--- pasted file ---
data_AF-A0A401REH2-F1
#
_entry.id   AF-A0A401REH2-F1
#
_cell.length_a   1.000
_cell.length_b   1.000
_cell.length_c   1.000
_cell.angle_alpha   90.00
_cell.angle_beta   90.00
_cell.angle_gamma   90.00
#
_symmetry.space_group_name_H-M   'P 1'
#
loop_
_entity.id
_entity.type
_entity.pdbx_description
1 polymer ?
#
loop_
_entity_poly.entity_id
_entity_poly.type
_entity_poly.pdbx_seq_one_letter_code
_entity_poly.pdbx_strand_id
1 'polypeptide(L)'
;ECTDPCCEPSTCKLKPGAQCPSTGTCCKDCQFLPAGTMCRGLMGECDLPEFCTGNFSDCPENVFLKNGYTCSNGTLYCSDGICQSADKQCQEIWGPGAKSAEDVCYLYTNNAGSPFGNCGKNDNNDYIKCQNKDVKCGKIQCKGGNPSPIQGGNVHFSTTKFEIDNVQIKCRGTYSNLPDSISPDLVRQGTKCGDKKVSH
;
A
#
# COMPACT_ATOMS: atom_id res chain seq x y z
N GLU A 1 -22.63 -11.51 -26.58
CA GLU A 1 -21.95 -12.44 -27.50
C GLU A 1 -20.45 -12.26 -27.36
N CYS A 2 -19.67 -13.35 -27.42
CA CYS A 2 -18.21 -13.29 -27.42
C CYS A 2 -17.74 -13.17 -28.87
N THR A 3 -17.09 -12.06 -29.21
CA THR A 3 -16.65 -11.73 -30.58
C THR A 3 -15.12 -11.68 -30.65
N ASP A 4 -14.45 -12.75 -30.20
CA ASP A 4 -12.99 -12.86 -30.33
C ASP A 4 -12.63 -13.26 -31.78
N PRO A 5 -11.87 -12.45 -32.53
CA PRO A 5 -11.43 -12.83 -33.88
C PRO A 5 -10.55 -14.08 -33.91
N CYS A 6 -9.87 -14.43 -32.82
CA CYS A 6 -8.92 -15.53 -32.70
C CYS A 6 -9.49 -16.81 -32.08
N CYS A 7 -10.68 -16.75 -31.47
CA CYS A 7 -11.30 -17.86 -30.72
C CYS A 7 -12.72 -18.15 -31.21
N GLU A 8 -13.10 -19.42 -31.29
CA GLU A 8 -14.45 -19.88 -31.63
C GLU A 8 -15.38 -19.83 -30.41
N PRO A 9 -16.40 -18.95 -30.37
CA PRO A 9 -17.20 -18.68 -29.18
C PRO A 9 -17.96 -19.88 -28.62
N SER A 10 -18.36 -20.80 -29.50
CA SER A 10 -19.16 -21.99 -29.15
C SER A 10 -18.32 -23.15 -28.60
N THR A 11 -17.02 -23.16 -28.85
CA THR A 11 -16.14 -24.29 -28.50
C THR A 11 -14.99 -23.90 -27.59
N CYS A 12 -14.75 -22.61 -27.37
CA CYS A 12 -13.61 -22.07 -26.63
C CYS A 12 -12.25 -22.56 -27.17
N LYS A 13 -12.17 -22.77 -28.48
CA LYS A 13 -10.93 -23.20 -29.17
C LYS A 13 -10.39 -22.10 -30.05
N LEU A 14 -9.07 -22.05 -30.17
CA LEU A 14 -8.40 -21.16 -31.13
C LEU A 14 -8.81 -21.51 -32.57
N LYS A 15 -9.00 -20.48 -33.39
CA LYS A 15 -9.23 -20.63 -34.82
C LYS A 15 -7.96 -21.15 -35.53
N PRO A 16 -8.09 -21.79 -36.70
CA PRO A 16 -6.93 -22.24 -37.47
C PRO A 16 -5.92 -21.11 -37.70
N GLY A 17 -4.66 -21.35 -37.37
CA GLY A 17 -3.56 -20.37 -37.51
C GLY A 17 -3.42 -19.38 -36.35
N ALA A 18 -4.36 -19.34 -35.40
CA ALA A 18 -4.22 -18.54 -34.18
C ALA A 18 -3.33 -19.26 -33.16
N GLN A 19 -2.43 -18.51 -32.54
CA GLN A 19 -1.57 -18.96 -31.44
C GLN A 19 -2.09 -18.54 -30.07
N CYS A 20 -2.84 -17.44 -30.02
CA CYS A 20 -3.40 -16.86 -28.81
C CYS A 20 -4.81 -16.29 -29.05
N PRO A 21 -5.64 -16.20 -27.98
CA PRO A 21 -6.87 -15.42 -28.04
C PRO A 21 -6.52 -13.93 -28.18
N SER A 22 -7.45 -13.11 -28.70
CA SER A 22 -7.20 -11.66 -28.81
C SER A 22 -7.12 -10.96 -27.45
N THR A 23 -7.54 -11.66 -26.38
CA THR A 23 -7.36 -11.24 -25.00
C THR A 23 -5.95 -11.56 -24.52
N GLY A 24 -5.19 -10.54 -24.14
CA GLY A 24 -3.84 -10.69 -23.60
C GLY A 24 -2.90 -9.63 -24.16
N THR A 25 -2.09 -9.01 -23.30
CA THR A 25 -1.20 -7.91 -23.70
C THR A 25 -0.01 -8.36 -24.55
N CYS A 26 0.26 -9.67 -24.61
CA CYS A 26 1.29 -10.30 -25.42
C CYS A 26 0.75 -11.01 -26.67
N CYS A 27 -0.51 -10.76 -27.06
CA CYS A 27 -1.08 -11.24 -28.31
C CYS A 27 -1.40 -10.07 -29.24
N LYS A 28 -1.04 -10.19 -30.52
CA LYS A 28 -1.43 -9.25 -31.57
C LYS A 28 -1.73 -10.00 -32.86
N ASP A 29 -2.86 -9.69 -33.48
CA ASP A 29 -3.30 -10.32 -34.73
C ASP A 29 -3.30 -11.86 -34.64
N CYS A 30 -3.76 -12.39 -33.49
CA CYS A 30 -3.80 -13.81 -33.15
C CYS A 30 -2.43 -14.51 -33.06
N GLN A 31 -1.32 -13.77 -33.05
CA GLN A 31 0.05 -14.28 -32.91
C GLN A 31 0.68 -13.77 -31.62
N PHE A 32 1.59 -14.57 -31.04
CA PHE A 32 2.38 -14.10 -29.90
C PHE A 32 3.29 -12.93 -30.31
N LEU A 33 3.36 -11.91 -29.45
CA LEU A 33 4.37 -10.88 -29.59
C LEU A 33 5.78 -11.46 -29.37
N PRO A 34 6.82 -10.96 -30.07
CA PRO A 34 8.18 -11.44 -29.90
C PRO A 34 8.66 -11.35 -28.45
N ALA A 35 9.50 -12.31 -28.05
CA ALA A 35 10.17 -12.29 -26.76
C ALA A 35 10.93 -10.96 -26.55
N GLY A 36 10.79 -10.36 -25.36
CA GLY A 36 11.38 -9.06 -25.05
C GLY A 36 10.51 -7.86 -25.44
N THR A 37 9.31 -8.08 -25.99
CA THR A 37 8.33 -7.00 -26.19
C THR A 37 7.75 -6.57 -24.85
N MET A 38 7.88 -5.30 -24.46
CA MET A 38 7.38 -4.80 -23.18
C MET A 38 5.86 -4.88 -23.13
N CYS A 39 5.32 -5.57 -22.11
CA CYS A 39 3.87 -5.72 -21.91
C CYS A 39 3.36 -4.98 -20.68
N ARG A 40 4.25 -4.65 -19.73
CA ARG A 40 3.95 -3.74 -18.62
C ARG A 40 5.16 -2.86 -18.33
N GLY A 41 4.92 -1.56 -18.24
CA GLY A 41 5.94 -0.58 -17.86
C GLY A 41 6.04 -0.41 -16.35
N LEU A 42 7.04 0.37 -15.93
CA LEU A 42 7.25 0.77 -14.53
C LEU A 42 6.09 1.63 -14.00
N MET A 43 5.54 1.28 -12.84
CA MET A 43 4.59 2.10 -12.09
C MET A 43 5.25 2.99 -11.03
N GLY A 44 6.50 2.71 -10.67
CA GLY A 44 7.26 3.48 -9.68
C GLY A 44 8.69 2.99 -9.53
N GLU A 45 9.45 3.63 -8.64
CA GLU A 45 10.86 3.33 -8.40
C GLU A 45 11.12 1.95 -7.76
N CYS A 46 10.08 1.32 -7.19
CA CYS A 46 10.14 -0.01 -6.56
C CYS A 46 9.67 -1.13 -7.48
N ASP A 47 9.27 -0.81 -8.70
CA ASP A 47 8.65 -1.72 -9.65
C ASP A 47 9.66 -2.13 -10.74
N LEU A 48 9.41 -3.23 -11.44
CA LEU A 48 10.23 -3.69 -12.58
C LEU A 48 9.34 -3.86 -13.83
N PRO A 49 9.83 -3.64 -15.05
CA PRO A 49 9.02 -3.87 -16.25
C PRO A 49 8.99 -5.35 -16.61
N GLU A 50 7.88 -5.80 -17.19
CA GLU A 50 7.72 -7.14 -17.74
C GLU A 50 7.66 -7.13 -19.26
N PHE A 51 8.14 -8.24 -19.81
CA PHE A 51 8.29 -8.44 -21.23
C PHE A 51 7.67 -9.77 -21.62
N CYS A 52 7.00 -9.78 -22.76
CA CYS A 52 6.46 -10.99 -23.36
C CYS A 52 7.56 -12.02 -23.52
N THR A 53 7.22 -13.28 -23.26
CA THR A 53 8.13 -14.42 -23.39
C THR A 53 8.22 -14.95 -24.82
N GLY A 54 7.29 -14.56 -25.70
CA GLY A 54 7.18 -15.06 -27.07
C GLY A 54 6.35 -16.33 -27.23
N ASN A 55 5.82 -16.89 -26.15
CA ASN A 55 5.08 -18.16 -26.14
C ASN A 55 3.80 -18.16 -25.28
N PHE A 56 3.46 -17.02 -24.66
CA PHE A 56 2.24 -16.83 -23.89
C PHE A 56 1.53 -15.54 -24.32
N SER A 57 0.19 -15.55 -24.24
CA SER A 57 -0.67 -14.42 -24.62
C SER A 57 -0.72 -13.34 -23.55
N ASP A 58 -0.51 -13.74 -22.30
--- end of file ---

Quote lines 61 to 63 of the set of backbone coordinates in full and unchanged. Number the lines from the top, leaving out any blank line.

N THR A 11 -17.02 -23.16 -28.85
CA THR A 11 -16.14 -24.29 -28.50
C THR A 11 -14.99 -23.90 -27.59